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Homeowner befuddled by landscaper's sketchy method of killing grass: 'This is just laziness'

"That man must hate you."

"That man must hate you."

Photo Credit: iStock

In a recent "things that make you go hmmm" moment, a homeowner took to the r/landscaping subreddit to ask for clarification on a bit of possible laziness by their landscaper. 

"Landscaper used leftover bags to kill grass. Is this just laziness or is it something that's quite common? Says they ran out of landscaping plastic…" they wrote above a photo of a completely full bag of mulch. 

The rest of the pictured area is covered in unbagged mulch, and the bag is held up by the corner, revealing a patch of dying grass underneath. 

"That man must hate you."
Photo Credit: Reddit

While several commenters said this practice is common, and some even do it — or a version of it — themselves, an overwhelming amount took issue with the choice. 

"Oh get them OUT of your beds! that plastic will break down into so many small pieces that you will NEVER get all of...oh my gosh…that man must hate you," said one. 

"It is lazy," confirmed another. "That plastic is not UV rated and will start to go brittle and fall apart. Probably last a year or two, but not as long as probet landscape fabric."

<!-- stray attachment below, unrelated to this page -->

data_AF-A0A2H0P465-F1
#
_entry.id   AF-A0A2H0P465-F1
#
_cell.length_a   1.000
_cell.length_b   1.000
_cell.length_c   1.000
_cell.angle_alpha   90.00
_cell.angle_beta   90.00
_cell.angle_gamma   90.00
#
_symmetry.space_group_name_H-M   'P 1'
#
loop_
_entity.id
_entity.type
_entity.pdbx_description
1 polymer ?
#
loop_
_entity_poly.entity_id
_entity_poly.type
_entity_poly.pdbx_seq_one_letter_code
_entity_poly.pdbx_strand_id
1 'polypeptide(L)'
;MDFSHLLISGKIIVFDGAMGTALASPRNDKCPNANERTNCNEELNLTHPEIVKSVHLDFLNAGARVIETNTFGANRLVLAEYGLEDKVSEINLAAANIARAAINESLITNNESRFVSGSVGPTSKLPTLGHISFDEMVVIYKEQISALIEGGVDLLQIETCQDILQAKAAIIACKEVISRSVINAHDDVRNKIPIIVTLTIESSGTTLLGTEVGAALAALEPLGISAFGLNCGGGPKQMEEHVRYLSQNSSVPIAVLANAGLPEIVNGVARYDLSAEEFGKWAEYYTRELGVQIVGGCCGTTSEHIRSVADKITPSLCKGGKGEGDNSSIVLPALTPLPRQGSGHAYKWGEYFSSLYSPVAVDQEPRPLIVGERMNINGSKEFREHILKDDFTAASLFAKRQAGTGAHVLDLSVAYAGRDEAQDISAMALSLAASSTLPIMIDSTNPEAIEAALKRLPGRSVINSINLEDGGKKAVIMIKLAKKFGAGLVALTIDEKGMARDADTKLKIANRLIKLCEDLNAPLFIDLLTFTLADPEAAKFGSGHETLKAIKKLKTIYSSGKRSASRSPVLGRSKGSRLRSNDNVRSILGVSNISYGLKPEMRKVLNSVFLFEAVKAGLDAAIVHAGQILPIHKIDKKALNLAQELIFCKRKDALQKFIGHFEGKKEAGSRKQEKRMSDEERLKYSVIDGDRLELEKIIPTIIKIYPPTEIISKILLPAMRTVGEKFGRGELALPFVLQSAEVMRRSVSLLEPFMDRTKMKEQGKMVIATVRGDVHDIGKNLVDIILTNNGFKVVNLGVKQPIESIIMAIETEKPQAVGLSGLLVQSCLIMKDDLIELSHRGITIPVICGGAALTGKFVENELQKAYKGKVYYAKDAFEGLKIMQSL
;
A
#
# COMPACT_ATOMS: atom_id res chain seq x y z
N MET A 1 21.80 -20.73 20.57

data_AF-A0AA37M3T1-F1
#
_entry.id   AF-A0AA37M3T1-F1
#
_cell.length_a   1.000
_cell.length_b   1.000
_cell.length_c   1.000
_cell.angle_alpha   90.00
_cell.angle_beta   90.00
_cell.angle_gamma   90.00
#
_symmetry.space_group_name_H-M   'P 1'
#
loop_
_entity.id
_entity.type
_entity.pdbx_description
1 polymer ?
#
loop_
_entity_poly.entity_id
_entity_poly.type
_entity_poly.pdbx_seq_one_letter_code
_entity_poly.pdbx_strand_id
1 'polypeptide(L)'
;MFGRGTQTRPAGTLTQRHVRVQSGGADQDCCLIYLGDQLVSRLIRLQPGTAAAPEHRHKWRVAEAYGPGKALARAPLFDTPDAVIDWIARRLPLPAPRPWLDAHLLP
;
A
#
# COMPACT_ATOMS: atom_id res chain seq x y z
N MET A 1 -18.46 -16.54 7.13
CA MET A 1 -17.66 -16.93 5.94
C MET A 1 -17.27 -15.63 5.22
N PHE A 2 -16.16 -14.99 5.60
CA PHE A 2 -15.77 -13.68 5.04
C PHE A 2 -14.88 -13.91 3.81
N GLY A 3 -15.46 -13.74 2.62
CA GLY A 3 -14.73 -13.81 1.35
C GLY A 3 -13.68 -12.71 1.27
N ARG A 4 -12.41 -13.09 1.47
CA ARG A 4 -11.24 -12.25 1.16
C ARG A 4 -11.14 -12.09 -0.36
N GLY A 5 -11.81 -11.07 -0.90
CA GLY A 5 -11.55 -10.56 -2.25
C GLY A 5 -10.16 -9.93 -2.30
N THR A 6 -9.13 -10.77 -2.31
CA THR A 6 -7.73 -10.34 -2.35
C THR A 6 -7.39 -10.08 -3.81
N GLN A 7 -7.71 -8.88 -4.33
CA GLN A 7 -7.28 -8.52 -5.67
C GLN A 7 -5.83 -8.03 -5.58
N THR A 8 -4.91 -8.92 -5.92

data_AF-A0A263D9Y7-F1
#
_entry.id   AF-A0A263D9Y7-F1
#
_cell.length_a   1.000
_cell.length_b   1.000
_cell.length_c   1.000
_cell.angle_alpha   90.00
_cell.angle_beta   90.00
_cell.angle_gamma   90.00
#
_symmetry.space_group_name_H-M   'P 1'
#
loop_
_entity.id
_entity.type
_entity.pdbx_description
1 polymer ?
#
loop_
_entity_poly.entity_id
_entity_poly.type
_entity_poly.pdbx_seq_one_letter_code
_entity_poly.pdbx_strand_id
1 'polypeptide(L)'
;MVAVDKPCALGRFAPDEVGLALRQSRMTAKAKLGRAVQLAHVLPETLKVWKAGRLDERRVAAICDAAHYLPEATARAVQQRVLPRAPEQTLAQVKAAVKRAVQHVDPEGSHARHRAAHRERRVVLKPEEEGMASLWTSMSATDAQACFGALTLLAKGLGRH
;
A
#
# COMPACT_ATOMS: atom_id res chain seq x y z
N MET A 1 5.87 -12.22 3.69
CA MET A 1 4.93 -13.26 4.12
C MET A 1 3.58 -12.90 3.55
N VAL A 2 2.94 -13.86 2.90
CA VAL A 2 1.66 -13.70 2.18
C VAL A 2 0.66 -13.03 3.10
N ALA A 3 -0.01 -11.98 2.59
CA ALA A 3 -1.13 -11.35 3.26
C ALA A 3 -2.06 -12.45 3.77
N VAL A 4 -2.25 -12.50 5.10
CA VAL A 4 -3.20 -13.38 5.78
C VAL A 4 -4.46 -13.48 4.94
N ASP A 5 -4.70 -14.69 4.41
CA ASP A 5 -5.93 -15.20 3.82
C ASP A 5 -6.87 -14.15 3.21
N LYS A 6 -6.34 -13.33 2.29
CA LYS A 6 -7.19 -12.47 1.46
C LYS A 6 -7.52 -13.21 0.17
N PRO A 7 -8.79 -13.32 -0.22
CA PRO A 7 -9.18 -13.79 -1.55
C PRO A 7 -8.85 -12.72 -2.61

Laziness on the part of the landscaper or not, the real issue seems to be that plastic was left to decompose and pollute the natural ecosystem. 

Plastic pollution has become a growing environmental problem, choking our waterways and wildlife literally to death. 

Estimates predict that plastics take around 500 to 1,000 years to break down in nature. Further, as they decompose, they create microplastics — tiny plastic particles less than five millimeters long — that have now been found in nearly every part of the world. 

If left to break down in the OP's yard, this mulch bag will leach microplastics into the soil, harming flora and fauna before eventually making their way into our rivers, oceans, and even our drinking water

At least 24.4 trillion microplastics are floating in our oceans, where they act as conduits for pathogens and fish mistake them for food — leading to harm to marine and human health. 

"Better than landscape fabric which is pure evil and only holds back weeds for about five minutes," pointed out another Redditor. "After five minutes it just becomes part of the weeds and is impossible to remove, and is just now a hassle forever."

It's true. Landscape fabric is an equally invasive, if not more pervasive, problem. The material is also made of plastic and, as the commenter pointed out, nearly impossible to remove. 

Thankfully, some users had a solution to offer. 

"We've been putting down cardboard," shared one, "suppresses weeds and is absorbed by the solid within 6 months."

Whether it's in the way we care for our yard or our day-to-day lives, we can all make small changes that will limit the amount of plastic put into the environment, and the environment will be better off for it. 

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